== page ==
First Look: Miller Union
Modern Southern on the Westside, plus the Graveyard goes gastro
It's a grand game of incest and intrigue, the restaurant biz. Chefs, managers and servers follow one another from restaurant to restaurant. The gossip may get nasty and the knives may end up in back after back, but at the end of a Saturday night, everyone's just one big happy family.
It was something of a shock when I walked through the door of the new Miller Union (999 Brady Ave., 678-733-8550) and found myself face-to-face with Neal McCarthy, longtime manager of Sotto Sotto under Riccardo Ullio. I knew my cover was blown instantly and, in case I had any doubt, chef Steven Satterfield, a longtime chef for Scott Peacock at Watershed, came out to our table to say hey later. The two have opened this restaurant, named after the old Miller Union Stock Yards, in Atlanta's Westside.
There was no back-stabbing in this encounter. Both men have received the best on-the-job educations they could get in Atlanta. But I was chagrinned at how difficult the game of critical anonymity has become in our city. Critics - and I don't know one who isn't recognized frequently - have become part of the incestuous game. At least I had not met McCarthy's amazingly beautiful (and towering) wife Carolyn before.
The new restaurant - organic, local, sustainable when possible - reflects Satterfield's nine years with Peacock. The menu of straightforward dishes is heavy on the Southern accent, but subtly so. There's "griddled" poulet rouge on the menu but no fried chicken.
The interior, by the now ubiquitous ai3, similarly evokes the South without allusion to Dixie kitsch. Indeed, the restaurant - with its wooden tables and pantry-formed walls enclosing otherwise sleek spaces - is something like an architectural reverie on the Southern kitchen. The largest of the three dining rooms, where we were seated, doesn't follow this theme. In fact, it reminded us of a Paris bistro with tables crunched so closely together, it's hard not to let your fork fly to the neighboring tables to spear a taste. Happily, we were able to move to a larger table.
The restaurant had only been open a week or so when Wayne and I visited, but Satterfield has already hit his stride. We ordered nothing that could be finessed specially because we were recognized. Wayne started with a "farm egg" baked in celery cream, served with bread from Holeman & Finch. This dish instantly reminded me of the soft-boiled eggs my father used to cook when I was a child. He didn't add the subtle celery cream, which adds an almost decadent dimension to the dish.
My own starter was chicken liver mousse, served in a jar under a seal of apple jelly with some pickled okra and toasted bread on the side. The sweet and fluffy take on chopped liver came with some stone-ground mustard that I avoided at first. But adding a bit provided quite a pleasant contrast to the jelly's sweetness, as did the okra, of course.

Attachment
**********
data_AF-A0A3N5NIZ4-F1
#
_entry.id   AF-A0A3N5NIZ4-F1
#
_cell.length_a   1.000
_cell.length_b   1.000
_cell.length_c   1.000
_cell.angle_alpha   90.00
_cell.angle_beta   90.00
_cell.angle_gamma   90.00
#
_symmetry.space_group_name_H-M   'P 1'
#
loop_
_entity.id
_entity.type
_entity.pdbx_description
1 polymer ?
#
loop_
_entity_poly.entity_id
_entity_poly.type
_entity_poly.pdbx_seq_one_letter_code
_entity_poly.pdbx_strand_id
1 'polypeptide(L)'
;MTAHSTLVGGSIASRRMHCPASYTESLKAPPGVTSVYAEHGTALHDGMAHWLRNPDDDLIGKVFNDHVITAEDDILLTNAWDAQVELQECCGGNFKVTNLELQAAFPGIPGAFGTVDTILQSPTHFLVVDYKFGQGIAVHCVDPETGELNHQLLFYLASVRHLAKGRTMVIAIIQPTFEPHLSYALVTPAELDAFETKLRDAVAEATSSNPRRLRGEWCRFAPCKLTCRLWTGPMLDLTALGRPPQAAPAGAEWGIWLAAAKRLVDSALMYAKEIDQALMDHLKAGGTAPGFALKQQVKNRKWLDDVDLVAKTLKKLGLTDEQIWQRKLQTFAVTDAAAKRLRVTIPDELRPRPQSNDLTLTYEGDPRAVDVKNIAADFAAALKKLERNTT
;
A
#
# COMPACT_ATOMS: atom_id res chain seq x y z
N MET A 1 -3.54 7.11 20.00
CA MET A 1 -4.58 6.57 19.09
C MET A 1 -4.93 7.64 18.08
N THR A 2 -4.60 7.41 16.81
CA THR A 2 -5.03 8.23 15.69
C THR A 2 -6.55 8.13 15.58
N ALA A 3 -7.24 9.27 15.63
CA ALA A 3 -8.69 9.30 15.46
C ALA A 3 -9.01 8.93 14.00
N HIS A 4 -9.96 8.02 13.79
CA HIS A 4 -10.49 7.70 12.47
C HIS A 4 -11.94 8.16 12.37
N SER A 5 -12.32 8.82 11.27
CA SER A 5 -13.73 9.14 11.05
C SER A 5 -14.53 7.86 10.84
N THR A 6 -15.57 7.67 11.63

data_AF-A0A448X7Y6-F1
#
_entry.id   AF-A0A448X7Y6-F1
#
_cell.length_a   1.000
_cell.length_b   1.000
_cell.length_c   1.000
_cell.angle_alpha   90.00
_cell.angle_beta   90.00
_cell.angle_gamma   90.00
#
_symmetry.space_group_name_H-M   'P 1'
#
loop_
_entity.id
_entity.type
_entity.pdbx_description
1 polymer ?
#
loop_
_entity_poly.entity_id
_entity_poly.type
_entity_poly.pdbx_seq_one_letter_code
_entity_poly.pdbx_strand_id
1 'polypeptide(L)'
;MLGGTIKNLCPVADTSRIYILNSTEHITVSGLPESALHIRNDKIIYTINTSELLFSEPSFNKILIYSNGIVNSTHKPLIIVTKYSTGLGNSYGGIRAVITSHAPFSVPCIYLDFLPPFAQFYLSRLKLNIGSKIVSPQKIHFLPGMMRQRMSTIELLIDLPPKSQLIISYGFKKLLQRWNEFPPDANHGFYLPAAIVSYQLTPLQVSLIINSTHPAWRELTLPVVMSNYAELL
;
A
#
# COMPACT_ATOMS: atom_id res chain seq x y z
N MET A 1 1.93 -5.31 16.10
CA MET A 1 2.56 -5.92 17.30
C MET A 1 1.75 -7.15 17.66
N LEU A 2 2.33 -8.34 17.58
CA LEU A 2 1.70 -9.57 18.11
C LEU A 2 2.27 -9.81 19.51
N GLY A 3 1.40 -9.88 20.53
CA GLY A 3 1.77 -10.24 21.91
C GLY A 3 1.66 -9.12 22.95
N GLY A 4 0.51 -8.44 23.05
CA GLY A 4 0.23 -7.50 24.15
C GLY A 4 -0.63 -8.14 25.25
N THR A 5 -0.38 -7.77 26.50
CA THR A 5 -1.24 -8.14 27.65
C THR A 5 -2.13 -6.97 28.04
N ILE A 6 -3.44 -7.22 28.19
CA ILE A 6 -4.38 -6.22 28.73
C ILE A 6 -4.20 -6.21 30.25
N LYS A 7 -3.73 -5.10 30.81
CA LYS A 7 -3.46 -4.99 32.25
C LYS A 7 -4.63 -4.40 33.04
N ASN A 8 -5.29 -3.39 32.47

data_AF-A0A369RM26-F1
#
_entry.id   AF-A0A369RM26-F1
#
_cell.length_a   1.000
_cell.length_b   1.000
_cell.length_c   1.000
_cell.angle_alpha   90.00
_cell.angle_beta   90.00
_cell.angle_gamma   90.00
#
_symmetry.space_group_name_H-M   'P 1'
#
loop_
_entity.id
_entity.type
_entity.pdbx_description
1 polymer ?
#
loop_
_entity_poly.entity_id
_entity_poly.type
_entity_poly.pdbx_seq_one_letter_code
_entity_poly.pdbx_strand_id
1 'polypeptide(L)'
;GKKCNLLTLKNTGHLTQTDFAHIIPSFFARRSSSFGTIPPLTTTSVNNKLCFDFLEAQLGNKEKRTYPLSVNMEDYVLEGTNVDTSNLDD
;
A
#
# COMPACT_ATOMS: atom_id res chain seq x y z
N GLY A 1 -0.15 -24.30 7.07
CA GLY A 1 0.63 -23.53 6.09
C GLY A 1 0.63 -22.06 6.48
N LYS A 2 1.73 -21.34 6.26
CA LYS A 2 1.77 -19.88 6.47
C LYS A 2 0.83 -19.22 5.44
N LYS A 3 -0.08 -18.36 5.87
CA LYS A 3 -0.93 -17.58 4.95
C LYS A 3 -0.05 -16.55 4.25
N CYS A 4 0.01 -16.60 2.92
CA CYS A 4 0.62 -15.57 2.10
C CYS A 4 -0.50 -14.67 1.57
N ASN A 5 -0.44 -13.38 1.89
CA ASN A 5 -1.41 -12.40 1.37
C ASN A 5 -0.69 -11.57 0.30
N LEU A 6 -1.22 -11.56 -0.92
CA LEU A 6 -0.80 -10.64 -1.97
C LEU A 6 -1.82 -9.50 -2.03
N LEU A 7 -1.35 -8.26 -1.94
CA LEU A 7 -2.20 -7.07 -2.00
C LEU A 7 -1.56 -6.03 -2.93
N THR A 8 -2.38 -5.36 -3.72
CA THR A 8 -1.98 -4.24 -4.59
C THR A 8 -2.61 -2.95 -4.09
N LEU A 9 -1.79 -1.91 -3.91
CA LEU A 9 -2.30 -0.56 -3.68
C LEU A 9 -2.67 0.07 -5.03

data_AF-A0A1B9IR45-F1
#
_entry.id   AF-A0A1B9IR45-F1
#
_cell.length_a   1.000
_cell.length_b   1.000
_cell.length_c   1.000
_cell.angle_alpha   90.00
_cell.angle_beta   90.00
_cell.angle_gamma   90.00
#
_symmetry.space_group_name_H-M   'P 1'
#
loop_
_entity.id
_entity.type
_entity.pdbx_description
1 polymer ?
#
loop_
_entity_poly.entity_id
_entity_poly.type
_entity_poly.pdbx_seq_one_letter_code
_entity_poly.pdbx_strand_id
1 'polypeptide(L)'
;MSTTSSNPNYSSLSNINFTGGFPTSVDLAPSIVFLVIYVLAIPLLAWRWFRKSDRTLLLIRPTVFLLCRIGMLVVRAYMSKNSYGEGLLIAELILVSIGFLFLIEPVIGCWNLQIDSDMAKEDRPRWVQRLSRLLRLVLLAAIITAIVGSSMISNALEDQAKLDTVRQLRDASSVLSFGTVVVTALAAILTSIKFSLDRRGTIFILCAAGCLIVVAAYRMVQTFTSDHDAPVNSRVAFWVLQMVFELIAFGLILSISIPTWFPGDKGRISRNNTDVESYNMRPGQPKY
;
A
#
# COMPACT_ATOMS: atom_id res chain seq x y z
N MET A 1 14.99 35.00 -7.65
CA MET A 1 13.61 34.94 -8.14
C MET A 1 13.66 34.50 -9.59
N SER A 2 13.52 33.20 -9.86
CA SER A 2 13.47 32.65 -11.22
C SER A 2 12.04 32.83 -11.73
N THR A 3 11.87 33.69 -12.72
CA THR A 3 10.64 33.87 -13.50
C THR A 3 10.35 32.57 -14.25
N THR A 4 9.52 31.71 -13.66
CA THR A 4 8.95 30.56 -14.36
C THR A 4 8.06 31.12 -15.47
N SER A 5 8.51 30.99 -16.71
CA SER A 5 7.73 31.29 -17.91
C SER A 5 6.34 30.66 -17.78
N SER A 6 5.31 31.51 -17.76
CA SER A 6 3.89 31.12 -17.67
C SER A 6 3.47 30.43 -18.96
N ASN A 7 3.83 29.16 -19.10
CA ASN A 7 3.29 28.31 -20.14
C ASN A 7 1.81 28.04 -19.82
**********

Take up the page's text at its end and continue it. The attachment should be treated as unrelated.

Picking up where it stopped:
For my entree, I ordered fork-tender pork shoulder braised in beer, served with sautéed kale and a sweet potato jacket. Wayne chose the poulet rouge, boned and grilled, served over green beans and cranberry beans. Both choices were homey-good and great examples of the difference local, well-treated vegetables make in a dish's overall taste.
We ordered two desserts. I picked the fresh chevre cheesecake with glazed cranberries. I'd classify it as the one dish that didn't really please me. It's not very different from the usual cheesecakes served with berries. Wayne's selection of three ice creams - sage, rosemary and thyme - was far better. Of course, it prompted humming of Simon & Garfunkel's classic song, despite the absence of parsley. Our favorite was the sage.
The restaurant appears to be an overnight hit, so I suggest you make reservations. We had a 45-minute wait.
In East Atlanta
I've walked by the Graveyard Tavern (1245 Glenwood Ave., 622-8686) on my way to other restaurants a zillion times. It never occurred to me to dine here until I recently got a tip that chef Justin Bright had reworked the menu and was producing some quality specials each night.
They are a terrific value. While Wayne settled for the usual Sunday prime rib - a massive slice for only $9.99 - I ordered pork loin stuffed with gorgonzola cheese under a raspberry demi-glace. On the side were grilled French green beans and chopped onions sautéed in balsamic vinegar and sherry mixed with roasted new potatoes.
The $12 special hit the spot. My only complaint - and it won't be shared by most - is the heavy amount of the reduced demi-glace. I'd rather the meat sit in a pool of it, so I can decide how much raspberry flavor I want. As I've written before, I know it's sacrilege, but I'm not crazy about fruity flavors combined with pork.
For dessert we shared a serving of the restaurant's "banana bread pudding." Our server went to great lengths to explain that it wasn't like banana pudding or really like classic bread pudding but more like "banana-nutbread pudding." Whatever, it was delicious, but not served with the rum-infused crème Anglaise that the menu promised. I have to say that without the topping, the dessert is not visually appealing. Just avert your eyes for your first taste.
Bright's regular menu includes hanger steak, blackened shrimp and polenta, mojo chicken, vegetable ravioli, a lamb panino, a starter of shrimp and lobster queso and enough else to qualify the Graveyard for gastro-pub status.
Can we call the ambiance here, um, post-goth? I'm not sure. But how can you not love a place that describes itself as "a sunny place for shady people?"